Before I was told that delicate feet and hands were marks of an illustrious birth, I was content with being the son of a shoemaker, a foot-soldier, or a waterman. Afterwards this was not so. Little Elizabeth gilded my imagination—made my spirit swell—and filled me with a vanity that I could no longer hide from my fellow pupils!

It was a terrible occasion when they came to call me ‘dull’ and ‘brown’! On that day, when I was lamenting the lowliness of my name, and had come to believe that João was an ignoble name, some of the boys came to insult me in my solitude.

The haughtiest among them—who boasted the longest in heroic surnames—crossed his arms in dramatic posture before me. He said with a sneering smile: ‘João! João! João! three times João! Why aren’t you yet confirmed, wretch? We all lament the misfortune of having someone called João in our company! Wash this affront from us—if you can!’

I looked at him with contempt. I replied bitterly and firmly: ‘It never surprises me when boys of my own age mock my name; but you—who are twenty-two years old—inspire in me more pity than anger! Why not make better use of your time by getting better acquainted with Virgil, your cruel enemy? Have you not forgotten that you failed Latin last year? You’ll fail next year, too, if you only spend your time composing little speeches to make my fellows laugh at my expense?’

This answer irritated my adult companion, especially because the other boys began laughing at him. He glared at me angrily. He reached over to me and mercilessly yanked my ear.

The pain was strong. But the moral pain—the shame—stung me no less.

For the first time in my life the desire for vengeance erupted inside me. The closest thing to me was a small vase. It had a cactus in it—thorny like a cedar tree. I took the vase. I hit him in the face with it. His pain must have been unspeakable for he covered his face with his hands and made not the slightest movement against me.

All were dumbfounded. I stood among them, erect, my face bearing the hallmarks of my puerile pride in my legitimately noble deed. The other boys cleared the way for me to pass and I retired to my room to read the first chapter of my Mada.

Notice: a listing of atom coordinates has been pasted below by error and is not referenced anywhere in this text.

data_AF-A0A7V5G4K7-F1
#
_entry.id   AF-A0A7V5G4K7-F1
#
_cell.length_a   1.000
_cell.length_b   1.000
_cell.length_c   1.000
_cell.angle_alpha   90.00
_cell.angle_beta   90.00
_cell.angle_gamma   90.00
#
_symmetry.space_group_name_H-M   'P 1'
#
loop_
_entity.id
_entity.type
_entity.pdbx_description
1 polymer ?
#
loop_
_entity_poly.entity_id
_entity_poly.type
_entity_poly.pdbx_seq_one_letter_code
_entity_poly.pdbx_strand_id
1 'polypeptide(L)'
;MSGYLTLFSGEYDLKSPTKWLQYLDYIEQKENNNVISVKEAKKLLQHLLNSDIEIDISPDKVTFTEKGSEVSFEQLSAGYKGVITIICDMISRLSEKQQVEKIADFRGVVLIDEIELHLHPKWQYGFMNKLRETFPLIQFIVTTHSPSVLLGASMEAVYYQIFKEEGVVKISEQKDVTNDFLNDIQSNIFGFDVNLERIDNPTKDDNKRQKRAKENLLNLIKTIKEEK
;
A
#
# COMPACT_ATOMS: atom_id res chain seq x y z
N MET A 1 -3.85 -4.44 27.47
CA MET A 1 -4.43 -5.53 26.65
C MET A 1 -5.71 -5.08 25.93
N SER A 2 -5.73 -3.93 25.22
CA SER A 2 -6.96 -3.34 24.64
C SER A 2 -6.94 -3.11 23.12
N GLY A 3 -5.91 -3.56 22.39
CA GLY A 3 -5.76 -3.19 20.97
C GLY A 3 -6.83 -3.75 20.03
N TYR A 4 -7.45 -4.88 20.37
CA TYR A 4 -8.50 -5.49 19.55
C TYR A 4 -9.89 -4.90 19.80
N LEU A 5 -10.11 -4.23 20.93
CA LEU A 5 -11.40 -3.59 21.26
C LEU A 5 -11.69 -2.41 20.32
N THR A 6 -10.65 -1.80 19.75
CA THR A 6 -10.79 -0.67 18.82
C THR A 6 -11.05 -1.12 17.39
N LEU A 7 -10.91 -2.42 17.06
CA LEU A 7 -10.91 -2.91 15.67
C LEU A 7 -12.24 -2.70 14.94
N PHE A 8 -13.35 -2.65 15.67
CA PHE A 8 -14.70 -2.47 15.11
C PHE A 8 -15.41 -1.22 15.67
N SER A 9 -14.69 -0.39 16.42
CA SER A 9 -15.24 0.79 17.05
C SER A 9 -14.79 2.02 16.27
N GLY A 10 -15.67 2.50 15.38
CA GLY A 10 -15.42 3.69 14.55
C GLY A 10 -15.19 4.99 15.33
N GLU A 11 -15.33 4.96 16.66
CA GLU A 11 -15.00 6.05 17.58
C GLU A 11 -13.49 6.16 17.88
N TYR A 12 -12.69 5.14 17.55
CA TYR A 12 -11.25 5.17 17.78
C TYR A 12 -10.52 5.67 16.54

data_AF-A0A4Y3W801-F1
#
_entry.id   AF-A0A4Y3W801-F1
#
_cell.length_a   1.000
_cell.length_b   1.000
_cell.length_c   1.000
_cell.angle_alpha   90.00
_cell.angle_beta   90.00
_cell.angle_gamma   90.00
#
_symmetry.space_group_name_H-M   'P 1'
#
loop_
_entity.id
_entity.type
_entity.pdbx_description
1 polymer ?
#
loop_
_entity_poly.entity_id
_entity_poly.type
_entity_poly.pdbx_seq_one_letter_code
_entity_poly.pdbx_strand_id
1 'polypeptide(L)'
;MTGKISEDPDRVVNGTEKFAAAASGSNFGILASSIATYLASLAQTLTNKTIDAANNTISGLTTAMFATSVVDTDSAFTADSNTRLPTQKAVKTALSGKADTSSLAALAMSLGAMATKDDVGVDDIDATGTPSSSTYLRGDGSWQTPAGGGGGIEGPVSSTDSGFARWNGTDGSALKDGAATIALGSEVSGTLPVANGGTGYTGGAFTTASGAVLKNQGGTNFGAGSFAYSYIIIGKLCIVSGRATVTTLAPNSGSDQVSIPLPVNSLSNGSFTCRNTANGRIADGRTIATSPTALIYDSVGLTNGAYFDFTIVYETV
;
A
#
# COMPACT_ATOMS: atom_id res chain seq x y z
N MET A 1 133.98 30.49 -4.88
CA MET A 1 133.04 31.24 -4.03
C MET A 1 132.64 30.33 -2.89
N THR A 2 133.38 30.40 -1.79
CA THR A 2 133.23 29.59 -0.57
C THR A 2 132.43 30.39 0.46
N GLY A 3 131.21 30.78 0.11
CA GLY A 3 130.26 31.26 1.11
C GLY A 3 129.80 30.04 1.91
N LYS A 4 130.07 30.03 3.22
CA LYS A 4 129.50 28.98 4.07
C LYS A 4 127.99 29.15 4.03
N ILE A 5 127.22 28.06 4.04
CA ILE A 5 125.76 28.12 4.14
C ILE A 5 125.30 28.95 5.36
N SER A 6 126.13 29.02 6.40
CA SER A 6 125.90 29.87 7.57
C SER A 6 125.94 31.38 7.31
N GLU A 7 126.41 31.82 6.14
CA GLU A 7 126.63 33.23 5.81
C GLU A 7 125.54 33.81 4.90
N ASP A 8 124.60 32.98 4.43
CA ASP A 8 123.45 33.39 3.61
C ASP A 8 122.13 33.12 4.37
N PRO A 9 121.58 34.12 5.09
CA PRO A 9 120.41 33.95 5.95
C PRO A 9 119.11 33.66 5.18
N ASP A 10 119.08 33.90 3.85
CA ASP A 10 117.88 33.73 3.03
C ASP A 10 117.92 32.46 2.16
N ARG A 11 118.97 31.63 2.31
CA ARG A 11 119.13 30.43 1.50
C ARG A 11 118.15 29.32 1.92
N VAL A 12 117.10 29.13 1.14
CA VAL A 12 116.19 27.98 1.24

I was not alone for long. D. Antonia, choleric and discomfited, entered suddenly. From her cawing I gathered that I was going to face tremendous justice as soon as the priest came home.

When the heat of my heroics began to cool, I became afraid. It seemed as if my heart was being torn out of me when I heard footsteps approach my room. To soften my anxiety I tried to simply resign myself to the fact that I would be punished. I imagined I would receive a broken arm, perhaps eight days of bread and water, or worst of all: The priest’s hatred and ire forevermore. Thus, however I tried to downplay my worries, nothing could lessen the seizure of fear.

I felt a fever! My head began to spin. It was ill!

All I know is that I fell on my bed, broken and drained, as if a catapult had thrown me there.

I do not know the time that elapsed from when I collapsed until I opened my eyes and saw the priest, the sister, and the college surgeon. I thought I was dreaming.

The surgeon placed his hands on my forehead and my wrist.

The priest gave me a kindly look. D. Antonia looked anxiously at the surgeon.

‘What’s wrong, João?’ asked the master in a friendly tone.

‘I don’t know, Father’, I answered.

‘Did they beat you?’ he asked.

I kept quiet because I didn’t know whether it was convenient to tell the truth.

‘Did they beat you, João?’ again he asked, lowering his voice so as not to be too severe.

‘Hardly at all’, I answered, as my body began shaking.

The surgeon who was measuring my pulse recognised the anxiety that the priest’s questions provoked in me so he bade him be silent, a command which the priest promptly obeyed.